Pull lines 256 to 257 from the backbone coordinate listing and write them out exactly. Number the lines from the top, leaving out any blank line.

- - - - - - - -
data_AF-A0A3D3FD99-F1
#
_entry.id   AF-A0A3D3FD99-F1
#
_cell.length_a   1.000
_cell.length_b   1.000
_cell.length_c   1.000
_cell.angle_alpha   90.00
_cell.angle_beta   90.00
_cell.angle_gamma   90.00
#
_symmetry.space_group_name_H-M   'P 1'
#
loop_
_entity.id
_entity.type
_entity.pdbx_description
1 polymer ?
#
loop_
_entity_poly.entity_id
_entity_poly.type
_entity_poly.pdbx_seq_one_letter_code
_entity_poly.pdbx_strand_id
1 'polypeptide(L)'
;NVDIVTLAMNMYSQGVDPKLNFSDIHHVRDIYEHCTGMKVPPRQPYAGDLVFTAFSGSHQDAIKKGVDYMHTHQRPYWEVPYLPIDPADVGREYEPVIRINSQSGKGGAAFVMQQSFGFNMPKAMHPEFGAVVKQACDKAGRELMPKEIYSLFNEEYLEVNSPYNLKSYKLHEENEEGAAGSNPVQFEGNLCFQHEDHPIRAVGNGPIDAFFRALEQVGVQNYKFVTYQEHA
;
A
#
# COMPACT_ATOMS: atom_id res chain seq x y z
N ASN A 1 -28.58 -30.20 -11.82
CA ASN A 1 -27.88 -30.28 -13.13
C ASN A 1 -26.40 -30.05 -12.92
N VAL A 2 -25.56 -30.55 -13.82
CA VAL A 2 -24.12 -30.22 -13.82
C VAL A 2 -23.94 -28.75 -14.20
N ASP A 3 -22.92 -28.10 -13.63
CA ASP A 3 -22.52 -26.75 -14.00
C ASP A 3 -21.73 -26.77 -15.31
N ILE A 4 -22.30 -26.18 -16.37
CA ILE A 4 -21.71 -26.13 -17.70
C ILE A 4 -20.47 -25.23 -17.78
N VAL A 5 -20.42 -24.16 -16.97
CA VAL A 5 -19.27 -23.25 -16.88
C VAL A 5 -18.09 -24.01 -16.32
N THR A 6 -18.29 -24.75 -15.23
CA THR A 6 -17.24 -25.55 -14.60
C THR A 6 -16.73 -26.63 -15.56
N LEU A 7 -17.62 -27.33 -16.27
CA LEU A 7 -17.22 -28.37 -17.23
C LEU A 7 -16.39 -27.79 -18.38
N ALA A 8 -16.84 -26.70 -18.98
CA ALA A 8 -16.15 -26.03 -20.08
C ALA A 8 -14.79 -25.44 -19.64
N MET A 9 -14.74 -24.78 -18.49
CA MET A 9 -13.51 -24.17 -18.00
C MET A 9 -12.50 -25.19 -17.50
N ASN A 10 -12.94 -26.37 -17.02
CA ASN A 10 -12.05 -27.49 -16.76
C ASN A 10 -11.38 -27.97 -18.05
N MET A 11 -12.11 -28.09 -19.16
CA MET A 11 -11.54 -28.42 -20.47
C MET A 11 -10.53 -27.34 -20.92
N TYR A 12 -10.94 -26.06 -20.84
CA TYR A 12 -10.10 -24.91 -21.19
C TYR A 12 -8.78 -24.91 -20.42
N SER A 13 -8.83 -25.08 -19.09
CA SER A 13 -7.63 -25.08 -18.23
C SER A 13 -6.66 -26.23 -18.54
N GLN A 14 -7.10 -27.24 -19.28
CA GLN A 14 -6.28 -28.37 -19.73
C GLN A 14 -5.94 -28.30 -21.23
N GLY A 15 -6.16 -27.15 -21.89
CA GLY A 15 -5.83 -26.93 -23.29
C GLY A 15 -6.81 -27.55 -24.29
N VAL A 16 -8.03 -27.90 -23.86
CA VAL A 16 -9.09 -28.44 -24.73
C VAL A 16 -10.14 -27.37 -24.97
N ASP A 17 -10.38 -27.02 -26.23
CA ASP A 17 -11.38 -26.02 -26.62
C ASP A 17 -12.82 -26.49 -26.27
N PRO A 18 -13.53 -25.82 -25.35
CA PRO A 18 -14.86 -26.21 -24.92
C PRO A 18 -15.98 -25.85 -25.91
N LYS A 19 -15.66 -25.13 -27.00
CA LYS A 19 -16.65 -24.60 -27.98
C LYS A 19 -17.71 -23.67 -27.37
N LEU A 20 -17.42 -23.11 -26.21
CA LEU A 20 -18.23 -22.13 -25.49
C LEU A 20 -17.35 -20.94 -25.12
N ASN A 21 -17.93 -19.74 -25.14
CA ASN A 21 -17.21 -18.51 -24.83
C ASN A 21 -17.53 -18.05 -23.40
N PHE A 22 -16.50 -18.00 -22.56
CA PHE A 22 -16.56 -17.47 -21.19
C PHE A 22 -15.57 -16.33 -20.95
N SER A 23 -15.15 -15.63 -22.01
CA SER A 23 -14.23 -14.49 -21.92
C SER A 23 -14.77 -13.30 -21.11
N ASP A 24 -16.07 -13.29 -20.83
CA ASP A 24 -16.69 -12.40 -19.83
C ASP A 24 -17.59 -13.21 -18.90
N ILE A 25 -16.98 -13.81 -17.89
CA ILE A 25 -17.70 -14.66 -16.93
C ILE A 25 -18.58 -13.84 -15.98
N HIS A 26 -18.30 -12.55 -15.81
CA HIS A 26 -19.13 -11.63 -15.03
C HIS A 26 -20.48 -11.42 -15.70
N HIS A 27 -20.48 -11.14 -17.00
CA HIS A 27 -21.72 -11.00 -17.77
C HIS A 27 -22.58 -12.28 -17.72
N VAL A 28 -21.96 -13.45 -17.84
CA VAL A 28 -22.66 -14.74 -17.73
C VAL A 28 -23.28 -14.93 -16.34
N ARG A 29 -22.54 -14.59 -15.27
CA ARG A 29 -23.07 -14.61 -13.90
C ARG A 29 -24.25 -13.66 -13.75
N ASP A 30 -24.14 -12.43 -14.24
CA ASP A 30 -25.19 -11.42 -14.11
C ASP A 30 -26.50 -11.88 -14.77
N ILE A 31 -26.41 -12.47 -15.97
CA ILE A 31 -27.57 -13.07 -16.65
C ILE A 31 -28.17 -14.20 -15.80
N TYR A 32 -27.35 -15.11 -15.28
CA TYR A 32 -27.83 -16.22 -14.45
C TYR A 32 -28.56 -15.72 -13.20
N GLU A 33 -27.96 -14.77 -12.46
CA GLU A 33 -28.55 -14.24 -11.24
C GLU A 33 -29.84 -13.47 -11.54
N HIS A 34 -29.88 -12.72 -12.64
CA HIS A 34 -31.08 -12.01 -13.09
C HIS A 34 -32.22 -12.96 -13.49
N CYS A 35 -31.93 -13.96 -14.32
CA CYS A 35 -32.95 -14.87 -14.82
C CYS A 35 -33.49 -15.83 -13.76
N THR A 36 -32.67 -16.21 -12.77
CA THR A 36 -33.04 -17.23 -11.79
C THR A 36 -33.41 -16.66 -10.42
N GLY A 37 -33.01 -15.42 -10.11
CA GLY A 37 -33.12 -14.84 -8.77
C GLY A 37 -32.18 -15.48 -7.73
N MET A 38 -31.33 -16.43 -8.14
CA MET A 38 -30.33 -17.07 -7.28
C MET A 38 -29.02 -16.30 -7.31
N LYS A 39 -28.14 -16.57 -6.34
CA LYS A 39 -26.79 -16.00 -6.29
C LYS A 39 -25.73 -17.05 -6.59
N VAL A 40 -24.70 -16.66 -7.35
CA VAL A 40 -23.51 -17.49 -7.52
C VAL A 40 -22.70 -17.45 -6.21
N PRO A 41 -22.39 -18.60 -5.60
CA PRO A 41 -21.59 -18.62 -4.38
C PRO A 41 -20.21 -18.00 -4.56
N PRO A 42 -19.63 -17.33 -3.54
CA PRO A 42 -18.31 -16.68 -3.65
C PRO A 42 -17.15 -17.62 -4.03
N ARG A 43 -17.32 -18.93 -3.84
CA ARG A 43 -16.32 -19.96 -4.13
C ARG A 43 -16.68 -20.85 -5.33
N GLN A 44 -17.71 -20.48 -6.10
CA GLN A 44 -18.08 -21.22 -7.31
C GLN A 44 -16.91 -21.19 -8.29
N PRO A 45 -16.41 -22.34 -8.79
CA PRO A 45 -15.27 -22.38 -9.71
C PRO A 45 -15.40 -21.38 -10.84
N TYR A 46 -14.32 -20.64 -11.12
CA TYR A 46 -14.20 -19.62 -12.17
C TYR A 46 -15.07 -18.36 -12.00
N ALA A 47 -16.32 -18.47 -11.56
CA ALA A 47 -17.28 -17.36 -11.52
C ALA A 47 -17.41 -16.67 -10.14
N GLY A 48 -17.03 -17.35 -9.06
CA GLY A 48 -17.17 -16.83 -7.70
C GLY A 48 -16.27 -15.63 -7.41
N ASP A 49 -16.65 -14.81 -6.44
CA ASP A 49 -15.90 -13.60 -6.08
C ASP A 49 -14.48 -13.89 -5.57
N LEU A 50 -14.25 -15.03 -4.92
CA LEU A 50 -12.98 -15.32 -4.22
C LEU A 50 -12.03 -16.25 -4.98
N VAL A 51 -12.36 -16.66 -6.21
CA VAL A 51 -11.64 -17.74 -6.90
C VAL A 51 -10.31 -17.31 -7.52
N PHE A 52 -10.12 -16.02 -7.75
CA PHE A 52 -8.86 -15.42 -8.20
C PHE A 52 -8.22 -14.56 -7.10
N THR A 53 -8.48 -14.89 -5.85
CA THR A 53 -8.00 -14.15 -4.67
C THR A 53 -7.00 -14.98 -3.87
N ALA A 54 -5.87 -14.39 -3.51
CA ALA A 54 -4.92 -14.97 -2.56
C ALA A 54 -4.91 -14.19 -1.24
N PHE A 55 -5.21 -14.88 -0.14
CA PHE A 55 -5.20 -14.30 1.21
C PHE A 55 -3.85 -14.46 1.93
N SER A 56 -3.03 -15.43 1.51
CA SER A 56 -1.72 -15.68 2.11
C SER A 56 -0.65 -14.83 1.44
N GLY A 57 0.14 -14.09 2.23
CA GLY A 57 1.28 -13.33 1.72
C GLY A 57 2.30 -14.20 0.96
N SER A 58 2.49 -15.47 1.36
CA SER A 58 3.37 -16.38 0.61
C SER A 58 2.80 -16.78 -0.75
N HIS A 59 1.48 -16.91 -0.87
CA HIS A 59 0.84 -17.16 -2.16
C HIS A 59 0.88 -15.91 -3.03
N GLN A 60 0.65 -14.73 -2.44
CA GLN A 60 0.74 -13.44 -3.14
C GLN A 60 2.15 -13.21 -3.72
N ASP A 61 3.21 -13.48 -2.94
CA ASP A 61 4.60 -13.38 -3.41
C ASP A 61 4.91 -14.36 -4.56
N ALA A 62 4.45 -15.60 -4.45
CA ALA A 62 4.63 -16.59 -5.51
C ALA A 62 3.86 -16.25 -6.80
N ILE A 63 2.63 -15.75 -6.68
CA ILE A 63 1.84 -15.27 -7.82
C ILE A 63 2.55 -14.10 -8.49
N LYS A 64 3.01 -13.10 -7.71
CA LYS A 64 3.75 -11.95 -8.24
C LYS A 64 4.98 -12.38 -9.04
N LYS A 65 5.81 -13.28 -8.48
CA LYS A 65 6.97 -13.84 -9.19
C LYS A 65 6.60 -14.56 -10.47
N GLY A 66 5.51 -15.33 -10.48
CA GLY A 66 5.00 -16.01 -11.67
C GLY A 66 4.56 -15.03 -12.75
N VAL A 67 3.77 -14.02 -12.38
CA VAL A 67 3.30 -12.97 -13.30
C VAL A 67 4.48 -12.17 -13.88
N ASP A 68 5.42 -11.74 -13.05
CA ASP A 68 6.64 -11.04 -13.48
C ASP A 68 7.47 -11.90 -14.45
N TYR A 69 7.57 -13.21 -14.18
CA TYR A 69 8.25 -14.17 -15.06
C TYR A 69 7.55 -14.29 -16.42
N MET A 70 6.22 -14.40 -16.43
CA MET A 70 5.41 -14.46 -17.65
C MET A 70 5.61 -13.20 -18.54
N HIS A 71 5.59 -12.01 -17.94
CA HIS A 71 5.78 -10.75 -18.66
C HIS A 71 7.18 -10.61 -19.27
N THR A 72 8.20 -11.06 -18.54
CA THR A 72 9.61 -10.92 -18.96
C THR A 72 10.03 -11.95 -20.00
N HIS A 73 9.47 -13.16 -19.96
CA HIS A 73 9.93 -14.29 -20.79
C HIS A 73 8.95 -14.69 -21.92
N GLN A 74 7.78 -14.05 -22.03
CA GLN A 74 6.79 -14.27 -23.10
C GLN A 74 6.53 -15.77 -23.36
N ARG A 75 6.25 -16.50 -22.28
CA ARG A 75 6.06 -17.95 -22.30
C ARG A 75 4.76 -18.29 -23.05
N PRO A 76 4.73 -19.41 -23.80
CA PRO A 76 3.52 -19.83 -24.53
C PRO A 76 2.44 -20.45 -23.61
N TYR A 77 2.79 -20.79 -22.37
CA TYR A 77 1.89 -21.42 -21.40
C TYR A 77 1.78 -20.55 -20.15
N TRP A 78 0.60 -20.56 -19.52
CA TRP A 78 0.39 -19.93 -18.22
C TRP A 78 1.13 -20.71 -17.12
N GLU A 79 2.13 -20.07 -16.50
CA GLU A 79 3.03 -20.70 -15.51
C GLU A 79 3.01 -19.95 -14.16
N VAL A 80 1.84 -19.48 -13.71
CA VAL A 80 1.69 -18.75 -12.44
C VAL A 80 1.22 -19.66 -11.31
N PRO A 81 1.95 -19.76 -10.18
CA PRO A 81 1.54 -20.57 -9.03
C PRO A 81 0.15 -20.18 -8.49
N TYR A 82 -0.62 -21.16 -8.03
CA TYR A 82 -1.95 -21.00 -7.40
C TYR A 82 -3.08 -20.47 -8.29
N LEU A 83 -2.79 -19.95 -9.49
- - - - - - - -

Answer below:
N PRO A 76 4.73 -19.41 -23.80
CA PRO A 76 3.52 -19.83 -24.53